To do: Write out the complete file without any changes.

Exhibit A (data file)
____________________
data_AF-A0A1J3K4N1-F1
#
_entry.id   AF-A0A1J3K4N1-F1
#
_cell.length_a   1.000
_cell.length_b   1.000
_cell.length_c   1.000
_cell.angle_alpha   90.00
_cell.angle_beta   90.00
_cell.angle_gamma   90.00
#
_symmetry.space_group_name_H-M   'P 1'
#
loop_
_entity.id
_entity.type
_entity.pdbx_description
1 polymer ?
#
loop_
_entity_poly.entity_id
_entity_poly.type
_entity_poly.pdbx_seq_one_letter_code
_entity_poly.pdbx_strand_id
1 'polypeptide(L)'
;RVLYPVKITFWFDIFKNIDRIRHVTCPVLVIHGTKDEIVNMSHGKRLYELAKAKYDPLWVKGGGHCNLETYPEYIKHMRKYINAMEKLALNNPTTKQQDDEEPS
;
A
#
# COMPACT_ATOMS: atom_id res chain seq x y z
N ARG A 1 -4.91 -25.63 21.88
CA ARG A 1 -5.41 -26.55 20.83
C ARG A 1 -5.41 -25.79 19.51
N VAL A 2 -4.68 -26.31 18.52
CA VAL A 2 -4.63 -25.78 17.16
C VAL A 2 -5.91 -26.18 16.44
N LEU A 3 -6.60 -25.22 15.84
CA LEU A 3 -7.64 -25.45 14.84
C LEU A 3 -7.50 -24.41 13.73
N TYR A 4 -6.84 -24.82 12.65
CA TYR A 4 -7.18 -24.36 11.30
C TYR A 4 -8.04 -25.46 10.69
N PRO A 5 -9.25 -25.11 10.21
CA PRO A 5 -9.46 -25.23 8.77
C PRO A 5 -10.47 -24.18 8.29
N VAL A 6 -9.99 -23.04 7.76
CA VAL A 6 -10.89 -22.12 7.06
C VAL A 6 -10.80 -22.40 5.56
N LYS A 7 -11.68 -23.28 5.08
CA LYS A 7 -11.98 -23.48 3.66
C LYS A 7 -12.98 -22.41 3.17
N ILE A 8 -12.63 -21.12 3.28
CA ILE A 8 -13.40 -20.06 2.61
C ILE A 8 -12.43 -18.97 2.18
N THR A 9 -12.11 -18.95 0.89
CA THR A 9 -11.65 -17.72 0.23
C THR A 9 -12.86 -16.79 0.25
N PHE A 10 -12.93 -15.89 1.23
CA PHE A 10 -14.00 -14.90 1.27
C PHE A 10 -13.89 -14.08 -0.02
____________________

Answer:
data_AF-A0A1J3K4N1-F1
#
_entry.id   AF-A0A1J3K4N1-F1
#
_cell.length_a   1.000
_cell.length_b   1.000
_cell.length_c   1.000
_cell.angle_alpha   90.00
_cell.angle_beta   90.00
_cell.angle_gamma   90.00
#
_symmetry.space_group_name_H-M   'P 1'
#
loop_
_entity.id
_entity.type
_entity.pdbx_description
1 polymer ?
#
loop_
_entity_poly.entity_id
_entity_poly.type
_entity_poly.pdbx_seq_one_letter_code
_entity_poly.pdbx_strand_id
1 'polypeptide(L)'
;RVLYPVKITFWFDIFKNIDRIRHVTCPVLVIHGTKDEIVNMSHGKRLYELAKAKYDPLWVKGGGHCNLETYPEYIKHMRKYINAMEKLALNNPTTKQQDDEEPS
;
A
#
# COMPACT_ATOMS: atom_id res chain seq x y z
N ARG A 1 -4.91 -25.63 21.88
CA ARG A 1 -5.41 -26.55 20.83
C ARG A 1 -5.41 -25.79 19.51
N VAL A 2 -4.68 -26.31 18.52
CA VAL A 2 -4.63 -25.78 17.16
C VAL A 2 -5.91 -26.18 16.44
N LEU A 3 -6.60 -25.22 15.84
CA LEU A 3 -7.64 -25.45 14.84
C LEU A 3 -7.50 -24.41 13.73
N TYR A 4 -6.84 -24.82 12.65
CA TYR A 4 -7.18 -24.36 11.30
C TYR A 4 -8.04 -25.46 10.69
N PRO A 5 -9.25 -25.11 10.21
CA PRO A 5 -9.46 -25.23 8.77
C PRO A 5 -10.47 -24.18 8.29
N VAL A 6 -9.99 -23.04 7.76
CA VAL A 6 -10.89 -22.12 7.06
C VAL A 6 -10.80 -22.40 5.56
N LYS A 7 -11.68 -23.28 5.08
CA LYS A 7 -11.98 -23.48 3.66
C LYS A 7 -12.98 -22.41 3.17
N ILE A 8 -12.63 -21.12 3.28
CA ILE A 8 -13.40 -20.06 2.61
C ILE A 8 -12.43 -18.97 2.18
N THR A 9 -12.11 -18.95 0.89
CA THR A 9 -11.65 -17.72 0.23
C THR A 9 -12.86 -16.79 0.25
N PHE A 10 -12.93 -15.89 1.23
CA PHE A 10 -14.00 -14.90 1.27
C PHE A 10 -13.89 -14.08 -0.02